The work with NAGB that I’m familiar with was largely conferences and governing bodies… agency staff were attending NAGB conferences, and agency staff were participating in NAGB leadership groups.  That is the work I stopped.

 I hope you’re able to get & stay dry.  It’s very sad to hear about the impact of the flooding.  I look forward to meeting soon.


From: Belcher, Kim

Sent: Wednesday, April 20, 2016 8:56 AM

To: Morath, Mike <>

Cc: Lois Kolkhorst <>;

Subject: RE: inquiry

Congratulations on the little one! So happy for your family.

I am working with Ms. Myers on scheduling the meeting. I have been out of pocket for a few days due to the flooding in our area, so I will catch up with her today.

As you will see in the email below from Veselka, TASA passed down the framework directive to the SBOE.  The reference to Shirley Dickson is the connection to NAGB.  She was the NAGB consultant who was the architect for the framework for the ELA/R standards. (her equivalent on the math side was Sybilla Beckmann.)

The ELA/R standards that are currently underway, not yet approved, are being constructed using the NAGB framework.  Has this also been scrapped?  If so, what framework is now being used?

 From: Johnny Veselka <> Sent: Thursday, September 3, 2015 3:52 PM To: Bahorich, Donna Subject: ELA/R Framework Donna, I have attached a copy of the updated ELA/R Framework with alignments to the College and Career Readiness Standards, SAT and ACT, along with a cover letter to the members of the State Board of Education.  The letter describes the ongoing work of members of TASA, TXASCD, and the six literacy organizations since our presentation to the SBOE at your July meeting. As stated previously, the Framework design began with the current TEKS.  The participants considered the expert reviewers’ comments regarding the current TEKS as well as their comments regarding the initial framework that was shared with the Board in July.  To provide the greatest opportunity for student success, the CCRS standards were backward mapped into the framework, which is also aligned with the SAT and ACT standards.  These alignments are noted in the document. I believe this collaboration by experts in the field has resulted in a research-based structure and a beginning point for the review committees that will promote rich discussion among the review committee members while also guaranteeing efficient use of their time.  It focuses on rigorous student achievement goals as recommended by Shirley Dickson and is unanimously supported by these organizations. As we did in July, I wanted to share these documents with you in advance of the Board meeting.  I look forward to visiting with you regarding any questions you may have and hoping it might be possible for you to share this document with the other SBOE members prior to the meeting. Johnny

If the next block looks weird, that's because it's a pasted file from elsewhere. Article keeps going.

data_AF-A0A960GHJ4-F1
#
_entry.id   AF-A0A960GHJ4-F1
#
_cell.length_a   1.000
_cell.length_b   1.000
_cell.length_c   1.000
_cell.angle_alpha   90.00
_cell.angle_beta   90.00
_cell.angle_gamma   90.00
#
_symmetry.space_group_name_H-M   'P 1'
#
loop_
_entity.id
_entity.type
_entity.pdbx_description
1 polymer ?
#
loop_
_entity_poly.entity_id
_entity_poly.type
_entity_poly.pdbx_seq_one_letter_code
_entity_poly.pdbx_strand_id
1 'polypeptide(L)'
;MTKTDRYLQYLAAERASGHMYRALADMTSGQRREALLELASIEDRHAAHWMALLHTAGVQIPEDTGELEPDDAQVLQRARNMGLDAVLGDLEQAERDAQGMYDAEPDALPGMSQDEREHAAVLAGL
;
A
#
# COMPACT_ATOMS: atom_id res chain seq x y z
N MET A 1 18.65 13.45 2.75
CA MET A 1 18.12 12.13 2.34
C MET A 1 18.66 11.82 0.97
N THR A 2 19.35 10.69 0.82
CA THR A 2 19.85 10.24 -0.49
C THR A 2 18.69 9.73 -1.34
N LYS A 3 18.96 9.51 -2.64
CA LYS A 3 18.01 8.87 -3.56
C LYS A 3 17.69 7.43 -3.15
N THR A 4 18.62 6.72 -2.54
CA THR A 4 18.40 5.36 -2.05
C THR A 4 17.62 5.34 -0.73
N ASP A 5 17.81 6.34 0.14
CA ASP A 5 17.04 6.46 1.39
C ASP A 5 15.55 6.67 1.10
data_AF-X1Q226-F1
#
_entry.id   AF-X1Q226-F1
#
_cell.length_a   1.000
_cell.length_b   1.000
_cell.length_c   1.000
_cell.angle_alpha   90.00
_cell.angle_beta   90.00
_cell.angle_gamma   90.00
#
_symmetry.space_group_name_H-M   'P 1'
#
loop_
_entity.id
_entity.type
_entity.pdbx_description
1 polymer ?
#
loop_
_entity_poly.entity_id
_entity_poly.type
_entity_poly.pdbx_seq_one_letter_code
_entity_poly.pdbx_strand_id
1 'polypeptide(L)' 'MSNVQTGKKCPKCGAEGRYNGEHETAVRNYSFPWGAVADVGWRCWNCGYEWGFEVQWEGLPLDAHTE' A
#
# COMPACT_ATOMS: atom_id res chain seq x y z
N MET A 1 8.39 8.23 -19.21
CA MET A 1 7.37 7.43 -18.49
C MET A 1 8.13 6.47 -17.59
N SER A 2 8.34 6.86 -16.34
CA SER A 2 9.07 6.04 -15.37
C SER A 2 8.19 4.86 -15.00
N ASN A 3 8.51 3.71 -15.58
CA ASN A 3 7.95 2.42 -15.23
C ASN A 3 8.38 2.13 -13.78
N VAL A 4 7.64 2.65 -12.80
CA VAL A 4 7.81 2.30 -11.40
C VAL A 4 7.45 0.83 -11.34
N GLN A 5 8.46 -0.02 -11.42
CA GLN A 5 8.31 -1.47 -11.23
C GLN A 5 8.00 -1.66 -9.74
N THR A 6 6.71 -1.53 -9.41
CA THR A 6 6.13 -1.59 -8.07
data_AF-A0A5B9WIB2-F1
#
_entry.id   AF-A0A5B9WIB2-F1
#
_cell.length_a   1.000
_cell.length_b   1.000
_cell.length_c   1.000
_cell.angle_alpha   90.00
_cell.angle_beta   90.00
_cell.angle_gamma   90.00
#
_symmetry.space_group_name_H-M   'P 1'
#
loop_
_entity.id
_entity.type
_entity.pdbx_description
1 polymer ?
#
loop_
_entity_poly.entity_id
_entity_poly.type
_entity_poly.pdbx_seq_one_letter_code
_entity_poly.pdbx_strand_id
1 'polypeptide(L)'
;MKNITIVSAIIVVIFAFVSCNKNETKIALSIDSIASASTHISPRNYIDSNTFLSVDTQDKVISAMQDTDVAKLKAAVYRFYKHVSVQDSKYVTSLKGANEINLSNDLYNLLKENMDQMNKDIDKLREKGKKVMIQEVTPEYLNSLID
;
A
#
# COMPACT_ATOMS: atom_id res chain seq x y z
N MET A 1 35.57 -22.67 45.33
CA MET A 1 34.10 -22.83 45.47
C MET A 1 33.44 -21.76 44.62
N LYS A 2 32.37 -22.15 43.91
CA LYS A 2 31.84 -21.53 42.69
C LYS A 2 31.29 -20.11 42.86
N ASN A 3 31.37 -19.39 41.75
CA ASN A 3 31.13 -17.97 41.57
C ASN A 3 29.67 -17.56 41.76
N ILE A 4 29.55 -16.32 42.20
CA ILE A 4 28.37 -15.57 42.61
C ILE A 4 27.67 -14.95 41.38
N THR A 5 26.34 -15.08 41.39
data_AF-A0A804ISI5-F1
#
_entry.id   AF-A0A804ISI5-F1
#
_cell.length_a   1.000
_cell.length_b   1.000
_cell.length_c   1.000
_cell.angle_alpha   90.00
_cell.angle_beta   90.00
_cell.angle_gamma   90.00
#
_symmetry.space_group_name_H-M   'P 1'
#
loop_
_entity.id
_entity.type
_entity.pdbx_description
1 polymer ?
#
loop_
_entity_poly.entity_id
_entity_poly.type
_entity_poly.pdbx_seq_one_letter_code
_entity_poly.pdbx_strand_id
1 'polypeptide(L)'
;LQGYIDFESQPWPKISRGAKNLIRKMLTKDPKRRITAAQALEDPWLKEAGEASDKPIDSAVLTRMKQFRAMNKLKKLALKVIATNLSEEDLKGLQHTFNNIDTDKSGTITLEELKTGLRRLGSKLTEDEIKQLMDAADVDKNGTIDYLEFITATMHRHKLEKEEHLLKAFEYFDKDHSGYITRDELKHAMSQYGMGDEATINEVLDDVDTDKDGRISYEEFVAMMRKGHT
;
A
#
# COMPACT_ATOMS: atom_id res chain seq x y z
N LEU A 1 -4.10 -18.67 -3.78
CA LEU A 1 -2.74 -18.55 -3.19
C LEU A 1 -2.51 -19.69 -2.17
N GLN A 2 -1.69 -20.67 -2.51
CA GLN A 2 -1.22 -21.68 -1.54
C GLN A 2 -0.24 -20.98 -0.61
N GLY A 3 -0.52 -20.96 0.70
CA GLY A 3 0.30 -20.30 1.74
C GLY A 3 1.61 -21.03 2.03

Texas Association of School Administrators

Thanks for your attention to this.


From: Morath, Mike []

Sent: Monday, April 18, 2016 10:17 AM

To: Belcher, Kim C

c: Lois Kolkhorst; S

Subject: RE: inquiry


 Sorry for the delayed response.  We were blessed with a son last week, so I’ve been a bit slower than normal on responses.  (And I’m now quite sleep deprived, so hopefully my response is coherent).